Workshop participants were comprised of Indigenous leaders from the 7 ethnographic regions of the Philippines. Dr. Grazia Borrini-Feyerbend (Global Coordinator, ICCA Consortium), Samson Pedragosa (PAFID and ICCA Consortium Southeast Asia Regional Coordinator), and Holly Shrumm (Natural Justice and ICCA Consortium International Policy Assistant) served as resource people on successes, challenges, and lessons learned from ICCAs around the world and in international law and policy. Other speakers included Honourable Teddy Baguilat (Chairman, Committee on National Cultural Communities, House of Representatives of the Philippines), Folay Eleazar (Protected Areas and Wildlife Bureau of the Department of Environment and Natural Resources), and Toshihiro Tanaka (Resident Representative of the United Nations Development Programme, UNDP).

Many thanks to KASAPI, PAFID and PAWB for their generous hospitality and congratulations to the Indigenous leaders on this exciting initiative!

Thursday, February 21, 2013

Second Meeting of the ARI-BCP

Natural Justice and the Law, Environment and Design (LED) Lab organised the second meeting of the Asia Regional Initiative on Biocultural Community Protocols (ARI-BCP) at the Srishti School of Art, Design and Technology in Bangalore from 18-20 February, 2013. The meeting was attended by ARI-BCP participants from India, Sri Lanka and Nepal working to support tribal rights, fishing community rights, the rights of communities affected by extractive industries, traditional healers’ rights and farmers’ rights. The meeting was supported by The Christensen Fund and the Ford Foundation

Participants primarily discussed how BCPs can be used in securing the rights of indigenous communities. They also discussed how domestic legislation can be used in preparing BCPs and how the experiences of BCPs can be shared across larger networks.

Saturday, February 16, 2013

LAPSSET Dialogue Meeting in Nairobi

On 15 February 2013, Gino Cocchiaro (Natural Justice) attended a stakeholder dialogue meeting on the on-going plans and sharing of updates on the implementation of the Lamu Port and Lamu Southern Sudan-Ethiopia Transport Corridor (LAPSSET) in Nairobi, Kenya. The meeting was facilitated by Save Lamu and included over 50 participants from communities affected by LAPSSET, national civil society organisations, multinational organisations and Kenyan government agencies. The meeting resulted in the drafting and adoption of a statement on the aspirations and concerns of communities affected by LAPSSET projects.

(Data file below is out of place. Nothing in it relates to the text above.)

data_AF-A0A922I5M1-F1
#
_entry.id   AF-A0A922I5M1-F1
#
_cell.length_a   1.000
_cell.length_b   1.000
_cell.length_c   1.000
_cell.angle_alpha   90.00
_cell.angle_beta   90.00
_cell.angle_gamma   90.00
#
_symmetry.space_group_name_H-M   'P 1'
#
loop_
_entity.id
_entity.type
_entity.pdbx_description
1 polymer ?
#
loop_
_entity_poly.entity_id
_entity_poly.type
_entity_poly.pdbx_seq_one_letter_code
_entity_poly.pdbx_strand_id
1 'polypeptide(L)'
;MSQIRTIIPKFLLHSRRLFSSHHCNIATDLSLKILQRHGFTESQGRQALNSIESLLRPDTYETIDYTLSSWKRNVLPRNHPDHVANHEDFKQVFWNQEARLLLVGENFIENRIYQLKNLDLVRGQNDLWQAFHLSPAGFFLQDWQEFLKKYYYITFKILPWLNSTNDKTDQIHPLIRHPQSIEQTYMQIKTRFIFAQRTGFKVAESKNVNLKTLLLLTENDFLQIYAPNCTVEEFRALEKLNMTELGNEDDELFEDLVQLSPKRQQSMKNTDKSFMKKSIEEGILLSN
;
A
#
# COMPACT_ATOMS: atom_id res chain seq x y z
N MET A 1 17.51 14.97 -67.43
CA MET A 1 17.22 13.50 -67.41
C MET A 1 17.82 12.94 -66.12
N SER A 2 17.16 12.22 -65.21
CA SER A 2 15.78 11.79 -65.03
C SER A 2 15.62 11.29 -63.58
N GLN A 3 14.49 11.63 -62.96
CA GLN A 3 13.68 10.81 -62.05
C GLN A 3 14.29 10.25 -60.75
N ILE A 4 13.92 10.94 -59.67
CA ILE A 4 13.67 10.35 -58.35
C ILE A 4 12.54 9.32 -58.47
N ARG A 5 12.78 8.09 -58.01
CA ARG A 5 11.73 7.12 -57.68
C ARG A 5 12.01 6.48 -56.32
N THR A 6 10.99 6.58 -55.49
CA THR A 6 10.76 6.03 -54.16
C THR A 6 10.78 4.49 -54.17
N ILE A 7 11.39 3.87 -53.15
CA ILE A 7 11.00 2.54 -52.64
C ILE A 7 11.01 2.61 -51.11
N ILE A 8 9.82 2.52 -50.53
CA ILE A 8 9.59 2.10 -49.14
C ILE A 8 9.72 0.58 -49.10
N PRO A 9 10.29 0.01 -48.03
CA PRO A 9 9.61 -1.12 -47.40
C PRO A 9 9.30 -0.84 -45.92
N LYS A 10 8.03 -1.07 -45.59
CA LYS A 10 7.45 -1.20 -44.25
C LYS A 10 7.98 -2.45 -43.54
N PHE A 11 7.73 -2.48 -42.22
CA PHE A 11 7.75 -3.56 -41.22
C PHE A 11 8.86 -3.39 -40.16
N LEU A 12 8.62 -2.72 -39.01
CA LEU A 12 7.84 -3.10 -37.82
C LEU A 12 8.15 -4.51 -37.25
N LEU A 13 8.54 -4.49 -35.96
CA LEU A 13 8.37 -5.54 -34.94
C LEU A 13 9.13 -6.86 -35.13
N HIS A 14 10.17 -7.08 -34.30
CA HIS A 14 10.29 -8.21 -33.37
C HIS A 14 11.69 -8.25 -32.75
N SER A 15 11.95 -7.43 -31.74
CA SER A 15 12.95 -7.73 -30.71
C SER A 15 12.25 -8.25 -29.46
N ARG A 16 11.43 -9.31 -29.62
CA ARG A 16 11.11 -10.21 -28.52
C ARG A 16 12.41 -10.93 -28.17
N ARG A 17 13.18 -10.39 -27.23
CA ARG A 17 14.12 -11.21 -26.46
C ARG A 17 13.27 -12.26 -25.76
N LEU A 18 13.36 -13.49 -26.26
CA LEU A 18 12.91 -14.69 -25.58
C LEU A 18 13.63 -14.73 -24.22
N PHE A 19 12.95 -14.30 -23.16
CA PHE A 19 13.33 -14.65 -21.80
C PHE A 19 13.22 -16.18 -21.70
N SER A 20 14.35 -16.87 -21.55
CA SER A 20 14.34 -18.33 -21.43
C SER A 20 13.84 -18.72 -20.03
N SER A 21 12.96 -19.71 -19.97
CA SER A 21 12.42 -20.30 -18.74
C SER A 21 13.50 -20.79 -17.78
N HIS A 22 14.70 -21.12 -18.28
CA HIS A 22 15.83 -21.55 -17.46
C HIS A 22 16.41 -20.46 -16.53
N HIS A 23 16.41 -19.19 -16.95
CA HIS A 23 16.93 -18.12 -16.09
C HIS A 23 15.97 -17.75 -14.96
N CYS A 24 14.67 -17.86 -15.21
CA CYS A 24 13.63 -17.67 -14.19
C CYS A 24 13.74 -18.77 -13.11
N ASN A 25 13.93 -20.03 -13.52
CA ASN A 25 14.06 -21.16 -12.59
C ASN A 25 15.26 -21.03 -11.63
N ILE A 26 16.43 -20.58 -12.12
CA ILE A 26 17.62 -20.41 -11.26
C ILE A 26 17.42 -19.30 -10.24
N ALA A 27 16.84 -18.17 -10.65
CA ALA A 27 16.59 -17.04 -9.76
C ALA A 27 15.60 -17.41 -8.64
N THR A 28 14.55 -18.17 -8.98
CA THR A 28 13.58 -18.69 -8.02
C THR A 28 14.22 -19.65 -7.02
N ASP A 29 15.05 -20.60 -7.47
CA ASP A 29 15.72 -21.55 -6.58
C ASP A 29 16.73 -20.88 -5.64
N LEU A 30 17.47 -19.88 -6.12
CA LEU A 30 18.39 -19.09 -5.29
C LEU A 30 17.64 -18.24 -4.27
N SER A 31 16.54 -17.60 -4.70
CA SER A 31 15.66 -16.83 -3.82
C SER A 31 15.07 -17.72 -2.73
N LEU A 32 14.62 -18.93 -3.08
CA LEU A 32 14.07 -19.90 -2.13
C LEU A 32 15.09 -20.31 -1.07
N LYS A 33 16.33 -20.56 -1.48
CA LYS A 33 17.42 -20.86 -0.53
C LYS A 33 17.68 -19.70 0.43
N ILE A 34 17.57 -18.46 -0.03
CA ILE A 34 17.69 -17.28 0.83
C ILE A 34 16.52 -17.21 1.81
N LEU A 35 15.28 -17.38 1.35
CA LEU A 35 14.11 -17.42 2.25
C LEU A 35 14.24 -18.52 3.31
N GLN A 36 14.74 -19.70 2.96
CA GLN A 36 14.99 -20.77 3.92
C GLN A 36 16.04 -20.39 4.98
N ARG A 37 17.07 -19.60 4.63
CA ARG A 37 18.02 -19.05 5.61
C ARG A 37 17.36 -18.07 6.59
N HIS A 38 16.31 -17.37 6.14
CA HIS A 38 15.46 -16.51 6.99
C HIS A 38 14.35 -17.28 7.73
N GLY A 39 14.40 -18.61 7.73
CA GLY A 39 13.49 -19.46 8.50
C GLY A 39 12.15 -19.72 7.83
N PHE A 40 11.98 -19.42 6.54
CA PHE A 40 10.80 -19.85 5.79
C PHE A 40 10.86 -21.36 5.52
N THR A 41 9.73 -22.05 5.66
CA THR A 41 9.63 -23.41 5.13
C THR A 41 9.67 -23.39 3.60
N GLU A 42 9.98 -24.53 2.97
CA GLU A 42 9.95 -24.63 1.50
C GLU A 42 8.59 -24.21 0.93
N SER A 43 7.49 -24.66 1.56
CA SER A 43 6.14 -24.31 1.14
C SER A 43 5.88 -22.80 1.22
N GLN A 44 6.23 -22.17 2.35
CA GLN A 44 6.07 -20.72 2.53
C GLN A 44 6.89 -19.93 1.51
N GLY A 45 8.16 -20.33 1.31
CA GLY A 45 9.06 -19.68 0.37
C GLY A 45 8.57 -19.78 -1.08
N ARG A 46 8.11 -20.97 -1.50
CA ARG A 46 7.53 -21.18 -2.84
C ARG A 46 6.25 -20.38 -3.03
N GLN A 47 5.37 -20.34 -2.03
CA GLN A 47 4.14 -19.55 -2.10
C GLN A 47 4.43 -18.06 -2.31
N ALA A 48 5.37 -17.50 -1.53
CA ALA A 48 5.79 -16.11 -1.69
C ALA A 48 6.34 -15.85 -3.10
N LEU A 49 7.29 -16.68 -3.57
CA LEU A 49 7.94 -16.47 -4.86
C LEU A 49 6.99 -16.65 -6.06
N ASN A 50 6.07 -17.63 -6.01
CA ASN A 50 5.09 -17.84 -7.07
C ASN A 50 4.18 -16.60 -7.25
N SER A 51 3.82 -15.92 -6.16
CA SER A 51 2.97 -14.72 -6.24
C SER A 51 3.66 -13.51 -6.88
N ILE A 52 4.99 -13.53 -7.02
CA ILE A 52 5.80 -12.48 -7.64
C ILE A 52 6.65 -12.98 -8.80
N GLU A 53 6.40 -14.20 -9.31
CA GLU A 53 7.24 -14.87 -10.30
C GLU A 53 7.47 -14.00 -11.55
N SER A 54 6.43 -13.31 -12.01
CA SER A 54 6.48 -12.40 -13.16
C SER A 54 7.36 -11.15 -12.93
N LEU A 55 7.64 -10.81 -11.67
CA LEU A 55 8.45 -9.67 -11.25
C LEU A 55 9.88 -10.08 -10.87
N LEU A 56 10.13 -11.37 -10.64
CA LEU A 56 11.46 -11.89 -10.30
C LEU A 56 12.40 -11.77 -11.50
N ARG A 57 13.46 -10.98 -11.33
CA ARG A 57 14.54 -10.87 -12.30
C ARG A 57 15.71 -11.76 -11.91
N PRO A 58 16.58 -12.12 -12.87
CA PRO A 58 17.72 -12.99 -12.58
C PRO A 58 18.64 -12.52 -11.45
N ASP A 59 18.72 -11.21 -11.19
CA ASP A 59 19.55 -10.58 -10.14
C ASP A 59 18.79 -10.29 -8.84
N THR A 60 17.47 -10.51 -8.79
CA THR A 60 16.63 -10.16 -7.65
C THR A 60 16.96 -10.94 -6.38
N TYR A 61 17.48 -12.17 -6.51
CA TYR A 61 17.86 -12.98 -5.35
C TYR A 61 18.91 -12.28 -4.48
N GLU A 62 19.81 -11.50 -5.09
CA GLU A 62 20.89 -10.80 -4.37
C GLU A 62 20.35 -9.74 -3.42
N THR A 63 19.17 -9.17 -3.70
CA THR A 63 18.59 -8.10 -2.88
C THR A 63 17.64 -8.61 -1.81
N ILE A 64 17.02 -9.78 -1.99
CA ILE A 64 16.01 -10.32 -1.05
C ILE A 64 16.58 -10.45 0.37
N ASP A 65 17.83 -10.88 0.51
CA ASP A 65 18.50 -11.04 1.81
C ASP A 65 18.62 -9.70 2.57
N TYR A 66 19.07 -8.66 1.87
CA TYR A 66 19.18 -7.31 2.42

From the statement, “As communities that have long been disenfranchised, and that are in dire need of development, we commend the Kenyan government for its commitment to upgrading and modernising the country’s infrastructure as per the proposed Lamu Port, South-Sudan, Ethiopia Transport (LAPSSET) Corridor outlined in the Government of Kenya’s 'Vision 2030'. We appreciate the need for connecting communities along the northern corridor to facilitate national and international trade. However, we are deeply concerned by the lack of community consultation and transparency in the implementation of the project and hereby wish to express our concerns.” 

Read more about the meeting here. Download the community statement here.

Pastoralist BCP Programme Planning - Nairobi

Natural Justice's Gino Cocchiaro met with Life Africa Trust, Kivulini Trust and the Marsabit Accountability Forum in Nairobi, Kenya on 14 February. The meeting was to plan the two-year programme, supported by the GEF Small Grants Programme, that is being coordinated by the organisations to support the Borana and Samburu pastoralist communities to strengthen community governance systems through the development of community protocols with the aim of enhancing resource management and securing community land. Throughout the project Natural Justice will partner with Kenyan lawyers to build the capacity of the Borana and Samburu to proactively claim their resource and land rights.